Read letters from Alan and Ellen Smith
November - A visit to Russia. . . and no bears
October - Ellen - A Powerful Witness
October - Al - If you build it, they will come...
September - Al - Partnering in a Bible Camp
May - Ellen - Dealing w/ Childhood Trauma
Spring - Al - A Visit to Russia
February - Ellen
Fall 2013 - Ellen
October 2013 - Al
August 2013 - Ellen
July 2013 - Al
March 2013 - Al
March 2013 - Ellen
June 29, 2012
August 23, 2011
November 2010 (3)
November 2010 (2)
July 21, 2010
April 12, 2010
February 8, 2010
February 4, 2010
December 4, 2009
December 2, 2009
November 18, 2009
October 30, 2009
September 21, 2009
September 3, 2009
July 1, 2009
June 8, 2009
May 25, 2009
April 16, 2009
February 17, 2009
For older letters, contact Mission Connections
Alan and Ellen Smith
Alan and Ellen are periodically in the USA. Email them or the Mission Connections office (Rachel.Anderson@pcusa.org) to extend an invitation to visit your congregation or organization.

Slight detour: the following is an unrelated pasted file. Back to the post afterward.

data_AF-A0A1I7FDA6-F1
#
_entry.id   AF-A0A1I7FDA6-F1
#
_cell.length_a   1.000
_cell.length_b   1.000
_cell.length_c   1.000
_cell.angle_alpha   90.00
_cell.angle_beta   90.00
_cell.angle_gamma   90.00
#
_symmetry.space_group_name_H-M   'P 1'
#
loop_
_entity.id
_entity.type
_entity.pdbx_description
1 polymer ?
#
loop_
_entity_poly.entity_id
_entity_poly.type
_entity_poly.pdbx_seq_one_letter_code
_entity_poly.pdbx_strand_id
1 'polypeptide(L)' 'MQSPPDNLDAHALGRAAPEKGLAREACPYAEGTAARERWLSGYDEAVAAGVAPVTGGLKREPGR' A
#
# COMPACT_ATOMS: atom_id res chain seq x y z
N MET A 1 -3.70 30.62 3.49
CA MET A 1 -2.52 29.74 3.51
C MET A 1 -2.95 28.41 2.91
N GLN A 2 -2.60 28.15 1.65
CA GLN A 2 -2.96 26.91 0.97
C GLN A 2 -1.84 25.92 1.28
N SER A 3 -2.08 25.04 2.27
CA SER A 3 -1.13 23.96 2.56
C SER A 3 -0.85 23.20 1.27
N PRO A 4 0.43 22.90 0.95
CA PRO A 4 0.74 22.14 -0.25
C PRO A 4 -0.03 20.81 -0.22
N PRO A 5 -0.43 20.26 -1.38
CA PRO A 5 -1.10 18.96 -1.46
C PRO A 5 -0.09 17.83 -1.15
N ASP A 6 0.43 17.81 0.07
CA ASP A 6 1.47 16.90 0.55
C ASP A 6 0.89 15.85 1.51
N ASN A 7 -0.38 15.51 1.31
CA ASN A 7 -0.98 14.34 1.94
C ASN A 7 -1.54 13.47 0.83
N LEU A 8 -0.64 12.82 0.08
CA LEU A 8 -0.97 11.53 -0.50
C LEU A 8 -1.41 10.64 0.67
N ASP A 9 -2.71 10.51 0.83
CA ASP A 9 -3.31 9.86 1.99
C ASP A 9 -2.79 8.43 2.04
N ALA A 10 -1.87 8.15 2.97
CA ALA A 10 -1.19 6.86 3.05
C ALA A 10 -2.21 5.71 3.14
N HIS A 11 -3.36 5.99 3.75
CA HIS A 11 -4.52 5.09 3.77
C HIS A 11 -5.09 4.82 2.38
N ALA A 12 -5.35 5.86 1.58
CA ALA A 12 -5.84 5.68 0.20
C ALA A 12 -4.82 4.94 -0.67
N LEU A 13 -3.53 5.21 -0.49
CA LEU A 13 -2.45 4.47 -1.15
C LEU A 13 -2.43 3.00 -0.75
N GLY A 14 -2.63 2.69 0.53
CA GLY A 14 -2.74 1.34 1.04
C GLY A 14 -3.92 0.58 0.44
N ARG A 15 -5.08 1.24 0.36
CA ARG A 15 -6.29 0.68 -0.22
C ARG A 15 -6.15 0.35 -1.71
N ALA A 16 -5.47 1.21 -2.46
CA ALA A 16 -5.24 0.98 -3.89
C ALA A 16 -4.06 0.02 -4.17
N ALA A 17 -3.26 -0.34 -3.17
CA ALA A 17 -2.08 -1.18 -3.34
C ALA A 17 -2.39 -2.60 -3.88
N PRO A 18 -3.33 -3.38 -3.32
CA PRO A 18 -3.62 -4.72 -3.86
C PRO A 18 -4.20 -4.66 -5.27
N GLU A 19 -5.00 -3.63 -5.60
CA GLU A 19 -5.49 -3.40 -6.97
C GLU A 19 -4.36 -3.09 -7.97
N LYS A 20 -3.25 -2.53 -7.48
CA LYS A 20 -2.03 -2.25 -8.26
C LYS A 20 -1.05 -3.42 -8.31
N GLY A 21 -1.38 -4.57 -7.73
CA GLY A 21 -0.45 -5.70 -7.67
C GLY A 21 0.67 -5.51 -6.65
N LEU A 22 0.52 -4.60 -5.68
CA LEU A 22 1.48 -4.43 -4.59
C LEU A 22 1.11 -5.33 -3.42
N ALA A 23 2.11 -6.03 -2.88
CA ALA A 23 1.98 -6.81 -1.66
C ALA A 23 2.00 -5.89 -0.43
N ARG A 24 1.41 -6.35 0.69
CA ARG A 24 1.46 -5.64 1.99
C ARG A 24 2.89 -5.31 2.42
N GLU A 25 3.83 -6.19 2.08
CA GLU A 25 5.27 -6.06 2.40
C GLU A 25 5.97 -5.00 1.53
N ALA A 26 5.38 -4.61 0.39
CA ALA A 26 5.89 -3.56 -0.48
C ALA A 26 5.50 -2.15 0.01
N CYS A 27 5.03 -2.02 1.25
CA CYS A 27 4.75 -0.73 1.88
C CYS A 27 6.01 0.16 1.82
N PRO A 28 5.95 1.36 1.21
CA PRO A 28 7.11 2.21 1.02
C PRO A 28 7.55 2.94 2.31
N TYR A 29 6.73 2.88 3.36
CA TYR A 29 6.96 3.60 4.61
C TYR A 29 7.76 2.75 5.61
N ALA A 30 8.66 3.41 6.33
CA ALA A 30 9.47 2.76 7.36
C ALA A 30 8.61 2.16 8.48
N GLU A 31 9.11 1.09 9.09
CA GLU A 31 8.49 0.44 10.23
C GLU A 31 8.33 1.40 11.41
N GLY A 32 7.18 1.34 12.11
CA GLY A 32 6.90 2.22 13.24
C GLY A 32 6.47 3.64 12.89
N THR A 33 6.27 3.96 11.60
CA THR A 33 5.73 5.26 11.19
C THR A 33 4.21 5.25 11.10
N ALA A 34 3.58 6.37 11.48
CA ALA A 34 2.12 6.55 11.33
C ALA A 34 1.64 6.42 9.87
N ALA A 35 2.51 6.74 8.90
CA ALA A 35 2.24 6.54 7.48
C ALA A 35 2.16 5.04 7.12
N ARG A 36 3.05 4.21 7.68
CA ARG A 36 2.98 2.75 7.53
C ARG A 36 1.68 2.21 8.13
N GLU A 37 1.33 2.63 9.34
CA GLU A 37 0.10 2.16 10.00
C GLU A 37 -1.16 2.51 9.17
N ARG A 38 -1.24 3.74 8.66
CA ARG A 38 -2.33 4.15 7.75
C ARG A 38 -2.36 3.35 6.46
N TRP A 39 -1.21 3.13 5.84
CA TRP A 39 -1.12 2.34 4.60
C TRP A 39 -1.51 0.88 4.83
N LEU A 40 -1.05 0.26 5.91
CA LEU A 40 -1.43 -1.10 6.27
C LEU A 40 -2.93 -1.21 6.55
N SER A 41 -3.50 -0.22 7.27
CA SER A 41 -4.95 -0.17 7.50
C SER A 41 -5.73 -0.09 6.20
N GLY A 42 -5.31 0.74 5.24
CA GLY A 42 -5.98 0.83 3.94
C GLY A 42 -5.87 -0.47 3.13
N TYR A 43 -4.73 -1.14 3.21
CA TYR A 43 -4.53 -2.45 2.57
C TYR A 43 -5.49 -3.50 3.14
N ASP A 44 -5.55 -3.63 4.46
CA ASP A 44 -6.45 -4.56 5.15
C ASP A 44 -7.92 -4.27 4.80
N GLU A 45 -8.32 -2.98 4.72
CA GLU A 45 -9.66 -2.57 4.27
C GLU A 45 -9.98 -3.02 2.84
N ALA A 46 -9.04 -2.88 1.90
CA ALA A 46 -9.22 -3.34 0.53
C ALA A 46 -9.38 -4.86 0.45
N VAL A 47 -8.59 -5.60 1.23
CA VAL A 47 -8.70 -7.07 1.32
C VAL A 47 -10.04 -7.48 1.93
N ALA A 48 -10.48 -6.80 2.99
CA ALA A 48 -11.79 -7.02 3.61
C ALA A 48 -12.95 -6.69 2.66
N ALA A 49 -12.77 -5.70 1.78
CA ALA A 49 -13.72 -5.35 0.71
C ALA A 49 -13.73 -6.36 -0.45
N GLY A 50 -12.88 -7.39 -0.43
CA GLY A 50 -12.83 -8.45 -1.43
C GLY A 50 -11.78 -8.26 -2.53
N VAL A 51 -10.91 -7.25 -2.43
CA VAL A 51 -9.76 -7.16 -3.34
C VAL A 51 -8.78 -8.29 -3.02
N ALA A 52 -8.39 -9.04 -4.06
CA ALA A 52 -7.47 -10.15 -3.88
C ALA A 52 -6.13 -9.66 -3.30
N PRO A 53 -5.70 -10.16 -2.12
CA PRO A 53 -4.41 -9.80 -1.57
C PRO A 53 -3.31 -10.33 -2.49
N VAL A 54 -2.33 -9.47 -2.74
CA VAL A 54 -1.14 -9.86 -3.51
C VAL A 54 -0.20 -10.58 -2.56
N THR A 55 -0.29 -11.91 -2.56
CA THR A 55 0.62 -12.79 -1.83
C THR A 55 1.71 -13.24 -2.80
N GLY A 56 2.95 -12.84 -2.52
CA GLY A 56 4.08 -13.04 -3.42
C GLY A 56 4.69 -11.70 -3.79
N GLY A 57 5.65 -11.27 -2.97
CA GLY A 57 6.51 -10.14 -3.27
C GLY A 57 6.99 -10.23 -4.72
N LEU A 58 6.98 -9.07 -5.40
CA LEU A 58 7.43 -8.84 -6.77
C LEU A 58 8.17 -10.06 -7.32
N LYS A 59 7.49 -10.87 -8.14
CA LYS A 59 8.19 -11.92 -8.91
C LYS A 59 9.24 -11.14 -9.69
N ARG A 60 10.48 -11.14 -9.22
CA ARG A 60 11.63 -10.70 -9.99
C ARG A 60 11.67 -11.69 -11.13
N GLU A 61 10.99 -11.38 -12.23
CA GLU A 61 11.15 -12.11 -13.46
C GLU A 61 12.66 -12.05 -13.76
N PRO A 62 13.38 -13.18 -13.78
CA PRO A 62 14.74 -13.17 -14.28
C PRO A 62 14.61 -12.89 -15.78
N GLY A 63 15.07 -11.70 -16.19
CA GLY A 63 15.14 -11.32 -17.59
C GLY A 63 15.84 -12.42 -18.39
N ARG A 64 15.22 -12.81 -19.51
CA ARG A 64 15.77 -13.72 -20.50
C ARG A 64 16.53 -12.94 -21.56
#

About Alan and Ellen Smith's ministry
As regional liaison for Eastern Europe Ellen Smith facilitates Presbyterian Church (U.S.A.) support for partner programs, relationships and activities and will implement Presbyterian World Mission strategy. She also supports PC(USA) mission personnel in communications, information sharing, mentoring/guiding, and missiological reflection. In addition, she and her husband, Al, facilitate a congregational twinning program, pairing U.S. Presbyterian congregations with congregations in Russia.
Al’s primary duties relate to the ministries of PC(USA) partners among minority groups in Russia. This includes the Roma people, formerly known as gypsies, who have been marginalized for generations. He also works with refugees from Africa and Asia who have come to Russia in recent years and who have no legal rights and face extreme discrimination.